Leaders of the Group of Major Industrialised Nations (G7) are meeting on Friday, June 11, 2021 for a summit that is overshadowed by the Coronavirus pandemic.
On the first day, leaders are due to discuss recovery from the Coronavirus pandemic, focusing on questions such as COVID-19 vaccine donations and financial aid to build vaccine production sites around the world.
The G7 group had pledged to donate one billion vaccine doses to poorer nations by sharing jabs directly and through financial aid, the British government announced.
Leaders were also to come up with a plan to extend vaccine manufacturing.
Ahead of the summit, U.S. President Joe Biden said the U.S. would donate another 500 million vaccine doses to 92 poorer countries and the African Union by June next year.
Britain’s Prime Minister Boris Johnson, who is hosting the three-day summit in the coastal village of Carbis Bay, announced that his country would provide 100 million surplus doses, most of them to be distributed through the COVAX vaccine-sharing programme.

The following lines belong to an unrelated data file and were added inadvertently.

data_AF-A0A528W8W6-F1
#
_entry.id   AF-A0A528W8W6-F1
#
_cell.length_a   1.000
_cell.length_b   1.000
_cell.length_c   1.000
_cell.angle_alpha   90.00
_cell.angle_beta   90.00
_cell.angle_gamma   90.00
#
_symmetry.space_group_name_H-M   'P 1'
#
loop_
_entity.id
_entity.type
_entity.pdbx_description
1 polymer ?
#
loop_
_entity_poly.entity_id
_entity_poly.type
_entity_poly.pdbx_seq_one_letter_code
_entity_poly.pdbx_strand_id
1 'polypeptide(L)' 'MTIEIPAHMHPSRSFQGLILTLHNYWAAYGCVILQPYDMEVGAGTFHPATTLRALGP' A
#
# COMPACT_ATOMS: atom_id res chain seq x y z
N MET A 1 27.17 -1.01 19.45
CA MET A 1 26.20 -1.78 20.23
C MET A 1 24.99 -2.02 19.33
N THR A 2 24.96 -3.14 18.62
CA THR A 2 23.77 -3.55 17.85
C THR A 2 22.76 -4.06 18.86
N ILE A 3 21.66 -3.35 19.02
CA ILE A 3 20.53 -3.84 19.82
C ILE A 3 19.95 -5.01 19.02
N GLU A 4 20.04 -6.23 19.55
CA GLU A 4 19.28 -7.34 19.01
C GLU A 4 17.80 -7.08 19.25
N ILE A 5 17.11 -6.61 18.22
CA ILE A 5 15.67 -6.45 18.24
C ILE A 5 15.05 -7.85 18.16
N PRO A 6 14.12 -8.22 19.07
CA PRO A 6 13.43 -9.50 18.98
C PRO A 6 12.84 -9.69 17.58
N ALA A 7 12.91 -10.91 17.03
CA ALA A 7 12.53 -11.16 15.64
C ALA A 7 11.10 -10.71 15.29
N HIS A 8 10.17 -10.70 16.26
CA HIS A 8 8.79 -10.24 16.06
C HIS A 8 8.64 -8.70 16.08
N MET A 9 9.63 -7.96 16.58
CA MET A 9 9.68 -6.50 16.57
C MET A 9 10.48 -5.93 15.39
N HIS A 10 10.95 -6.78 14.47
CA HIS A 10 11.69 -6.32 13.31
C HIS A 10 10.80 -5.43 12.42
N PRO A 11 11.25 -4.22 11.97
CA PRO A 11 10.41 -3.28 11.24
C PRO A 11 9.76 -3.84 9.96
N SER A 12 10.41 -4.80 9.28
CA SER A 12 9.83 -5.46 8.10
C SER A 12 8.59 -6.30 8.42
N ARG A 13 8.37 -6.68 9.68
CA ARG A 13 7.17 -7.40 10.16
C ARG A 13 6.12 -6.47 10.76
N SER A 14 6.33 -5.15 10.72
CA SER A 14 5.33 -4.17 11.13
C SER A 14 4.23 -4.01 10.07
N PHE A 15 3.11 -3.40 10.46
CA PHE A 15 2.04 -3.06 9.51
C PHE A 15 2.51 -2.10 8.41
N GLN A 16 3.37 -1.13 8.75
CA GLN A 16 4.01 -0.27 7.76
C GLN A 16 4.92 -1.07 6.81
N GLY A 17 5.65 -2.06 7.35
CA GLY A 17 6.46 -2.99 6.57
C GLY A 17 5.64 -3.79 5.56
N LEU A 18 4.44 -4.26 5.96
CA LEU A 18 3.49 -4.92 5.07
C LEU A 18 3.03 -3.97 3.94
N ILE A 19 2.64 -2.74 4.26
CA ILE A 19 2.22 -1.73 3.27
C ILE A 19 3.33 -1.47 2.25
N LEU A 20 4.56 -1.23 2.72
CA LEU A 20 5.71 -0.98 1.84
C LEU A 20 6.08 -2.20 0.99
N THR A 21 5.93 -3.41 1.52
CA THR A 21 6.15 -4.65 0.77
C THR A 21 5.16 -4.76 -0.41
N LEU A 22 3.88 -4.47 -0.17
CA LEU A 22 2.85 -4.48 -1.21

The G7 group remained divided over the issue of lifting patent protection for Coronavirus vaccines, as proposed by the U.S. and several other nations.
French President Emmanuel Macron said on Thursday that France and South Africa would present a proposal during the summit on an exemption for a limited period of time and applying to particular places.
The group was also looking to discuss plans to better prepare the world for future outbreaks.
“Global solutions are needed,’’ according to a draft of a “Carbis Bay Health Declaration’’ seen by dpa.
In the draft, the G7 leaders commit “to strengthen our collective defences to better prevent, detect and respond to, and recover from, future pandemics through effective multilateral action and a strengthened global health system.’’
In the evening, the leaders are scheduled to attend a reception hosted by Queen Elizabeth II and her son, Prince Charles, during which environmental protection and fighting climate change was on the agenda.
It was the leaders’ first in-person meeting in this format in two years, after the G7 leaders only met virtually last year due to the pandemic.
It was the first major international summit for Biden, which he was attending as part of a one-week Europe trip.
The group will also discuss relationships with Russia and China, with Biden looking to strengthen ties with the other G7 members again to create a united counterweight to the two nations.
The G7 comprises the U.S., Britain, Germany, France, Italy, Japan and Canada. On Saturday, the leaders of Australia, India, South Korea and South Africa were invited as guests as well.
Johnson said he hoped this would make the summit more of a conference of leading democracies.